We do not have to question the basis of our nation after 100 years of its existence and more than fifty years after independence. Instead we should be working for a peaceful and united Nigerian nation so that generations yet unborn will not be condemned to wishing they were members of those big nations that dictate terms in sports, economy, military and other spheres of power indices – perpetually celebrating that their own president had a 5 minute audience with that of America or China.
We undoubtedly have cause to be angry with ourselves but I must remind all and sundry that we are also inter-dependent. The call for the sovereign state of Biafra is, for instance, not in consonance with the fact that the Igbo, more than any other ethnic group, have contributed to a possible demographic integration of Nigeria.
In a functioning democratic culture, the privilege to improve on the constitution would be the preserve of elected representatives. Even when elections might have been fraudulent, the fact remains that elected men and women share the emotions and sentiments of the groups to which they belong. However, our elected men and women have been selfish in pursuit of vested interests; they need help to sort out the thorny issues in our federation.
Elected politicians contribute to the culture of greed and corruption which we must end if Nigeria is to make progress. The people themselves have a role to play in this. We must also be determined to end the culture of electoral impunity where the politics of “do or die” prevails. Those who have not won in a free and fair election have no right to be our representatives and leaders.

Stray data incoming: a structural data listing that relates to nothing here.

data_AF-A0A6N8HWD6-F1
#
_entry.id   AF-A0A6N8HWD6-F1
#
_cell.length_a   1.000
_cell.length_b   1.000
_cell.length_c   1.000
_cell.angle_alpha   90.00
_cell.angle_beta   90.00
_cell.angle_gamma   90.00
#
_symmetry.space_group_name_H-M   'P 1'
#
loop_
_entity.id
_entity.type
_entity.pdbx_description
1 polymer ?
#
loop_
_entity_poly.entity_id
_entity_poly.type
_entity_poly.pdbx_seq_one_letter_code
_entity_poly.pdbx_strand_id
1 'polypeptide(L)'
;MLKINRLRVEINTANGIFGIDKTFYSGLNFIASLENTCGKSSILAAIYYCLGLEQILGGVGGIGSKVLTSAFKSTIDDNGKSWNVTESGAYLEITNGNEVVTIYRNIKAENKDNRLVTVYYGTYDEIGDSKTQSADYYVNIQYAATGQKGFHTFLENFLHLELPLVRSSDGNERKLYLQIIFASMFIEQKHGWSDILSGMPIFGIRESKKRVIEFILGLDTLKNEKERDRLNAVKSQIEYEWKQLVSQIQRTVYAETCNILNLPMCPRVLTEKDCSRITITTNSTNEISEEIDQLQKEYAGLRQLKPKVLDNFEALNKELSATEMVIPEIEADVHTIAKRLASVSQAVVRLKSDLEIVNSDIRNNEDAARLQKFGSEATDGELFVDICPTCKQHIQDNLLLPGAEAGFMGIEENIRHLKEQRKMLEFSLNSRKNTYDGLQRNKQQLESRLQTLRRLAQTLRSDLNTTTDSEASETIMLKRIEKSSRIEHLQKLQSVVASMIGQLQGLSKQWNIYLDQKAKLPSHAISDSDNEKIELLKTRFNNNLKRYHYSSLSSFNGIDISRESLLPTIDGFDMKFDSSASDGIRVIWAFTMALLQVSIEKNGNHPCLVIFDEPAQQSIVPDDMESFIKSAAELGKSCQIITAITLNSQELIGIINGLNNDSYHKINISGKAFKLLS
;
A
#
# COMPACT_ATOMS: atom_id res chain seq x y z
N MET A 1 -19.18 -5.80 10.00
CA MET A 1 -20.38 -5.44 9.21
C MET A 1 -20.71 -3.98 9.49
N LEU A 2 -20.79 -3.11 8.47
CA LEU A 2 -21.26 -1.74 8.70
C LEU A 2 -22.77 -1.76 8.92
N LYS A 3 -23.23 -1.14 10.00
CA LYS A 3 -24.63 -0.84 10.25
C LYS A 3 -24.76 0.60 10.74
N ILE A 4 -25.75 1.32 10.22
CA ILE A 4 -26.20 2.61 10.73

Our nation cannot be anything other than federal. We must resolve to put structures in place that give meaning to “true federalism”. This would entail devolution of political and economic powers to the constituent units of a new federal nation. It should not be the responsibility of Abuja to write a constitution for the sub-units of the federation. The reason we are a federal nation is because we share different values and our realistic objective would be to create a society where our differences co-exist peacefully. “Uniformity” does not substitute for “unity”.
We also need to be reminded that political tension in our polity has historically been about leadership. We fought a civil war between 1967 and 1970 because of this. The current crisis ripping the People’s Democratic Party (PDP) apart is because of the same issue. President Goodluck Jonathan might not have nodded to the idea of a national conference if there had not been a challenge to his perceived ambition of re-election in 2015. Maybe it is time we sought a Nigerian solution to a Nigeria problem rather than be myopically preoccupied with a political arrangement that works elsewhere. The need to remodel the presidency cannot be more urgent.
Governor Oshimole of Edo state was shouted down while stating legitimate views before the committee on the proposed National Conference. That, to me, is a dangerous pointer to the possible outcome of a conference where primordial sentiments and emotions could freely rage.There might be those wishing to go to the conference hall armed with pistols and hand grenades. We could have a national conference; hopefully, it will not be one that further complicates areas of disagreement – or, even worse, lead to what could be a “Tower of Babel”
*Anthony Akinola is writer based in Oxford, UK.